Shihan Hussaini When I have children, I am going to tell them that they do not have any religion. Let them study all religions like they study history, geography and science. Let them read all the religious books, the Bible, the Quran and the Bhagavad Gita. By doing so, they will get the best out of all these religions.

I do not have a ration card. I do not have my name in the voter's list. Do you know why? They insisted on my religion, and I refused. So, I have no photo identity card. Unfortunately, we do not have a Mahatma Gandhi to change this rotten system. We only have politicians who only want to capture power, more power and nothing but power. Only when we have a political party which can courageously say that we stand for banishing all religions and castes from this country, can we call ourselves a real secular republic.

I feel the government should promote inter-religious marriages, only then will we be able to wipe away caste and religion from our society. It is the politicians who are creating divisions among people, it is the politicians who are trying to divide the country. Unless we begin a legislation banning politicians and political parties who talk about religion and caste, our country cannot remain united.

I was selected by the state government to represent the state in a procession on August 15. Even if I was not going to the US I would not have participated in the procession. I would have told them that I don't not want to participate because I do not feel like a true Indian. I don't feel it is necessary to celebrate these fifty years. What I want is to be treated at par with every Indian. But I am not.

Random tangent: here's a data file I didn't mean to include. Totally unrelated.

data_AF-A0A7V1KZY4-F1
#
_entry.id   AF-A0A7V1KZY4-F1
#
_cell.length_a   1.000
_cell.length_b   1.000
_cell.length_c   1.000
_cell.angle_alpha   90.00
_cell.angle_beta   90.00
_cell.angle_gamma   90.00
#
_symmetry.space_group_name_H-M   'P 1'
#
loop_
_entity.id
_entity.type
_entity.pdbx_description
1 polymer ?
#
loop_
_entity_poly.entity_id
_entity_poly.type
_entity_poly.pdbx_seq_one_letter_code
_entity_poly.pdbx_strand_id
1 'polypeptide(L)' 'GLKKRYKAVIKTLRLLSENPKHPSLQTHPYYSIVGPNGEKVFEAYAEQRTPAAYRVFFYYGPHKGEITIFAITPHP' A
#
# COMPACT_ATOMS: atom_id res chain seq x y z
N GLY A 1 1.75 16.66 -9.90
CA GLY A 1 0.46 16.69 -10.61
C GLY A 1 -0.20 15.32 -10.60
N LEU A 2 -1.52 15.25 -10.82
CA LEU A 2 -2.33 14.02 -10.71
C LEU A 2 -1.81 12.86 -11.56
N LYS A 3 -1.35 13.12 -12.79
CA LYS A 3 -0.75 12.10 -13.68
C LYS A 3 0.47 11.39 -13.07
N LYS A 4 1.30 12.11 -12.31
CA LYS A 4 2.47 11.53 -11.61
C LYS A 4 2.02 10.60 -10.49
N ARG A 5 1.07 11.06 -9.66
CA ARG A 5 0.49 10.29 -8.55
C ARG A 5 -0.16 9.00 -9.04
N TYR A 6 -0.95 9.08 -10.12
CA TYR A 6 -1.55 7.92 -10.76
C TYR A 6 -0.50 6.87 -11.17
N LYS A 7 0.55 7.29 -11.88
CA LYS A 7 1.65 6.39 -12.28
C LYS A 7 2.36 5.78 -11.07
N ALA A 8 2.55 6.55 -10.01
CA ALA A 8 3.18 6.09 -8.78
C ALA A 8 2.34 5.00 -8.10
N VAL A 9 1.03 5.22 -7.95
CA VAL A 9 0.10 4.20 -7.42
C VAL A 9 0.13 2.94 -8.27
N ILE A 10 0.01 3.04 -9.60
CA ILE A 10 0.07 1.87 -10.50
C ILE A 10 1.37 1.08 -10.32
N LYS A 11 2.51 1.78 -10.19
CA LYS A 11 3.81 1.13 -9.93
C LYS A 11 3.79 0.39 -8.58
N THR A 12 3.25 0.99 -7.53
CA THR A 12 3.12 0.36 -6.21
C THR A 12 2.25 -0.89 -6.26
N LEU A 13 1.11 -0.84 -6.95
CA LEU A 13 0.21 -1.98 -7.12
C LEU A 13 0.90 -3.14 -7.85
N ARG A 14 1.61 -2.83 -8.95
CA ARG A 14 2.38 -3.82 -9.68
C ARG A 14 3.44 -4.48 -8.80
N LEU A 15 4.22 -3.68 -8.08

It is not religion or temples that the BJP wants, they want power. I understood this when the 13-day-old BJP government did not do anything drastic against the Muslims. It is better to be in a country where the BJP is the ruling party rather than in the Opposition. In the Opposition, they are always trying to divide the Hindus and Muslims.

I will be happy when they come to power. I am very, very sure that once they get power they will not talk about religion or temples.

Shihan Hussaini There was a time when I searched my car for bombs because I was getting threatening calls constantly. The thought that I am isolated and threatened in my own country just because I am a Muslim and married to a Hindu is extremely painful. This is happening to a person whose father participated in the freedom struggle and was a historian and a writer. This is happening to a person who smashed hundred granite stones on his chest to make people aware of the social evils in the society. Now I cannot live peacefully just because I was born a Muslim. I feel like a homeless person, an orphan.

Where do I belong? Do I have a home? Do I have a country like all the others have? I had several opportunities to settle down in other countries, but I didn't. Why? Because I loved my country and I wanted to live here. And this is the price I am paying for not leaving my own country. It has left me shaken and I have not yet recovered from the shock. I am still angry, pained, frustrated and disappointed.

As told to Shobha Warrier. Photographs: Sanjay Ghosh